HomeArticlesVitamin D supplements: do they work?

Vitamin D supplements: do they work?

Vitamin D is an essential nutrient that plays a crucial role in bone health, insulin sensitivity, brain health, and immunity. However, despite its importance, 90% of Elo members start with low vitamin D levels. Here’s what science has to say about the importance of vitamin D and subsequent supplementation.

If you’re looking for ways to optimize your health, then go no further than vitamin D. This vitamin plays a crucial role in maintaining strong bones, reducing COVID-19 severity, and supporting immune and brain health, yet, despite its importance, many people fall short. So, how can you get more vitamin D in your diet, and are supplements the answer? Here’s everything you need to know about vitamin D.

Why is vitamin D important? 

Vitamin D has many critical roles in the body, and is essential for calcium absorption and immune function, as well as bone, muscle, and heart health. Vitamin D also has important anti-inflammatory, antioxidant, and neuroprotective properties that support brain health [1,2].
Inadequate vitamin D levels can have significant health consequences, as deficiency in adults is associated with the following:
  • Bone diseases. Vitamin D increases calcium absorption in the gut and plays an important part in maintaining bone health by regulating calcium and phosphorus. Low vitamin D can contribute to the development of osteoporosis, rickets, and other bone diseases [3].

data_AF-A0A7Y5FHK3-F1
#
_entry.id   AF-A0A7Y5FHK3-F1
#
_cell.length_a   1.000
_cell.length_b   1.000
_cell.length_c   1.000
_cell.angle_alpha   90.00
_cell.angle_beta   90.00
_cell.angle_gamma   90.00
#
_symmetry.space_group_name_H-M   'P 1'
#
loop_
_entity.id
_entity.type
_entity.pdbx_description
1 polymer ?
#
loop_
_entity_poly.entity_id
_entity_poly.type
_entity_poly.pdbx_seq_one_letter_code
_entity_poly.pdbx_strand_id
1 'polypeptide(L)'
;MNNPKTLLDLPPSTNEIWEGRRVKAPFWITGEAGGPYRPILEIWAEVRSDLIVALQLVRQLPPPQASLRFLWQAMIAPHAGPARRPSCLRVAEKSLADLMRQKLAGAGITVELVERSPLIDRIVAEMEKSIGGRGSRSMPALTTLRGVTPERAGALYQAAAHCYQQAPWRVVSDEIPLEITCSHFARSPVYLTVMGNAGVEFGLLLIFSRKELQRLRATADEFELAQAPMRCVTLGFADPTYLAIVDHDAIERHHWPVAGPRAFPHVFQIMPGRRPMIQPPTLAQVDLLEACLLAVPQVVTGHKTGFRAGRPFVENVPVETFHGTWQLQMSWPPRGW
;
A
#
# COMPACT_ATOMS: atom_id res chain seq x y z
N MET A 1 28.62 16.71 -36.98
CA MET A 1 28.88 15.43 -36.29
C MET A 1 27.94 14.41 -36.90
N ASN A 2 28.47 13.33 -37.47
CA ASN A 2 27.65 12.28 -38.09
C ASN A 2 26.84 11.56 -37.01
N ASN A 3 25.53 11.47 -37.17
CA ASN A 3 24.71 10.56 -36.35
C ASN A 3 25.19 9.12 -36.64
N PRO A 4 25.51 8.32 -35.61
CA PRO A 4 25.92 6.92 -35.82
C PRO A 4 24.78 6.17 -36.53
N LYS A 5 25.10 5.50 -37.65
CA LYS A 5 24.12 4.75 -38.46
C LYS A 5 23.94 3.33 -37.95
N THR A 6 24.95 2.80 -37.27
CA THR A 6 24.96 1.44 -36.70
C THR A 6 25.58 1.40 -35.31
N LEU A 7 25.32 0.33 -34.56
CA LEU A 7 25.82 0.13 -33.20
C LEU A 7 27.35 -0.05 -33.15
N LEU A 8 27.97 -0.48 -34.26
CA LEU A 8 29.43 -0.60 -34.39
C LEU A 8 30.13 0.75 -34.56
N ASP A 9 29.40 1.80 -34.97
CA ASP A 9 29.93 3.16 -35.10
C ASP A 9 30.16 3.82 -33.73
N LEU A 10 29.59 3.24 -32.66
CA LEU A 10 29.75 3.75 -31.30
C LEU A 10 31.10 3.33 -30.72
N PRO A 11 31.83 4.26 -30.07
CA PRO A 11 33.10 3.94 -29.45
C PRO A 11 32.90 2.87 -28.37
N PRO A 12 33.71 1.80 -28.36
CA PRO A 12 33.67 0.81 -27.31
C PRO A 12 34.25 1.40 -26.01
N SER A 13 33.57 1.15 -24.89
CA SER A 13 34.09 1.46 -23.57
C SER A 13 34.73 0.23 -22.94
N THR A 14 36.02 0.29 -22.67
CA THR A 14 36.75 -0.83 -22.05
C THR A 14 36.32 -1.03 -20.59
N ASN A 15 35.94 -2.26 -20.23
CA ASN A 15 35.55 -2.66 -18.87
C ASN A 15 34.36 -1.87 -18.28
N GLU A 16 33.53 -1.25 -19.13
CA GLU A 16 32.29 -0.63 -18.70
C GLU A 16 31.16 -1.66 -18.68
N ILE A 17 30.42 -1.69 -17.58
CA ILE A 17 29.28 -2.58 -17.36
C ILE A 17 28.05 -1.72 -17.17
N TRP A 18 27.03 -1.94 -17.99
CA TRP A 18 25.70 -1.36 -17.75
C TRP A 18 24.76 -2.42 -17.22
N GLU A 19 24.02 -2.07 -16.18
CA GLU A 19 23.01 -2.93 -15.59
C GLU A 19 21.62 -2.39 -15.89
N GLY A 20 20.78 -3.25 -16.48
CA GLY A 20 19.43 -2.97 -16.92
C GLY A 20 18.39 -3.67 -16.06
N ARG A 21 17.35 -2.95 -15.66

• Immune health. Studies have shown a link between vitamin D deficiency and increased risk of infections and higher rates of autoimmune disease [4]. This is likely due to the important role vitamin D plays in improving immune function, reducing inflammation, and modulating growth and development. Though more evidence is needed, early research suggests having optimal vitamin D levels may lower your risk for COVID-19 infection and severity [4].
  • Type 2 diabetes: Vitamin D plays a role in insulin production and sensitivity, with research showing a clear association between low vitamin D levels in patients with insulin resistance and a high risk of developing type 2 diabetes [5]. Moreover, it’s suggested that low vitamin D status contributes to elevated glycosylated hemoglobin (HbA1c), a marker of insulin resistance [5]. 
  • Cancer: Current evidence seems to suggest higher vitamin D levels may be beneficial for those diagnosed with cancer. One meta-analysis found overall survival from colorectal cancer, lung cancer, and lymphoma was greater in people with higher blood levels of vitamin D. There may also be a modest benefit for vitamin D supplementation during treatment [6]. 
  • Autoimmune diseases: Vitamin D plays a role in the prevention and protection of autoimmune diseases, including multiple sclerosis, type 1 diabetes, and systemic lupus erythematosus (SLE, the most common type of lupus) [7].
  • Neurodegenerative diseases: An increasing number of studies indicate that vitamin D deficiency is associated with a wide range of neuropsychiatric disorders and neurodegenerative diseases including depression, Alzheimer’s, and Parkinson’s [8].

How much vitamin D do you need?

The Recommended Dietary Allowance (RDA) for people between the ages of 1 and 70 is 600 IU/day, and for adults over 70 the RDA is 800 IU/day [9]. However, a growing body of evidence has found these amounts are too low, particularly if you do not get adequate sun exposure, already have low levels, or have an increased risk for low vitamin D [10, 11, 12, 13]. 
For moderate supplementation, a daily dose of 1,000–2,000 IU of vitamin D3 is sufficient to meet most people’s needs, with the safe upper limit set at 4,000 IU/day [9,10]. However, recent research shows that vitamin D supplementation can be used at 5,000 IU/day (and up to 10,000 IU/day) without any adverse effects [21].
Are you low on vitamin D? Learn more about improving your levels through nutrition, supplementation, and sunshine.

Sources of vitamin D